Mark Douglas “Moose” Messier, hockey player (born 18 January 1961 in Edmonton, AB). A talented forward who played in the National Hockey League (NHL) for 25 seasons, Mark Messier is considered one of the greatest hockey players of all time. He ranks near the top of many regular-season NHL records: third in points (1,887), eighth in goals (694), third in assists (1,193) and second in games played (1,756). He is also second all-time in playoff goals (109), playoff assists (186) and playoff points (295), and fourth overall in playoff games played (236). Famous for his leadership, he captained the Edmonton Oilers, New York Rangers and Vancouver Canucks. He also won the Hart Trophy as the NHL’s most valuable player with the Oilers in 1990 and with the Rangers in 1992. Messier won six Stanley Cups and received the Conn Smythe Trophy as playoff MVP in 1984. An Officer of the Order of Canada, he has been inducted into the Hockey Hall of Fame, the Alberta Sports Hall of Fame, Canada’s Sports Hall of Fame and Canada’s Walk of Fame.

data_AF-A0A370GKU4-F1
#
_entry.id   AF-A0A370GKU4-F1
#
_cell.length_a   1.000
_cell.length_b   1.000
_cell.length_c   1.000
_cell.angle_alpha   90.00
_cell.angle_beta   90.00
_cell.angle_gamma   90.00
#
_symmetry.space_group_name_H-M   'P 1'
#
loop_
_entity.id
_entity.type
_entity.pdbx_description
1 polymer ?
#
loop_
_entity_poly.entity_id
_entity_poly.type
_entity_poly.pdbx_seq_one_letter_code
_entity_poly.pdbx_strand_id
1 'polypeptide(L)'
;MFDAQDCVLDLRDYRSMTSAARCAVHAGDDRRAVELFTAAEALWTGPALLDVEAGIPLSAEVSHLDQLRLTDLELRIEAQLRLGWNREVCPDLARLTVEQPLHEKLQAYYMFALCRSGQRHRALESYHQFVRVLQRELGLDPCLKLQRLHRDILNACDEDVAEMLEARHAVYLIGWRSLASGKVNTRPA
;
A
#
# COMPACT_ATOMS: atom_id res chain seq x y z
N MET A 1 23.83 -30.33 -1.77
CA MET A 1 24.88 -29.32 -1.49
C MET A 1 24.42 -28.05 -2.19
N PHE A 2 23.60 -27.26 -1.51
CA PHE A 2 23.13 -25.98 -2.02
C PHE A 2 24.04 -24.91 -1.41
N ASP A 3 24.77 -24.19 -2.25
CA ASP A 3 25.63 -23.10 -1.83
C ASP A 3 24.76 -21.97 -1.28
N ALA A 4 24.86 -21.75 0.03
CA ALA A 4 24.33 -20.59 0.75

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James Naismith

Dr. James Naismith, physical educator, author, inventor, chaplain, physician (born 6 November 1861 in Almonte, Ontario; died 28 November 1939 in Lawrence, Kansas). James Naismith is best known as the inventor of the sport of basketball. He was also the first full-time athletics instructor at McGill University and established the basketball program at the University of Kansas in Lawrence, where he worked and lived for 41 years until his death. Naismith became the first member of the Basketball Hall of Fame in 1959. He was posthumously inducted to Canada’s Sports Hall of Fame and Canada’s Walk of Fame. In 2010, his original hand-written rules for the sport of basketball were sold at auction for $4.3 million, a sports memorabilia record.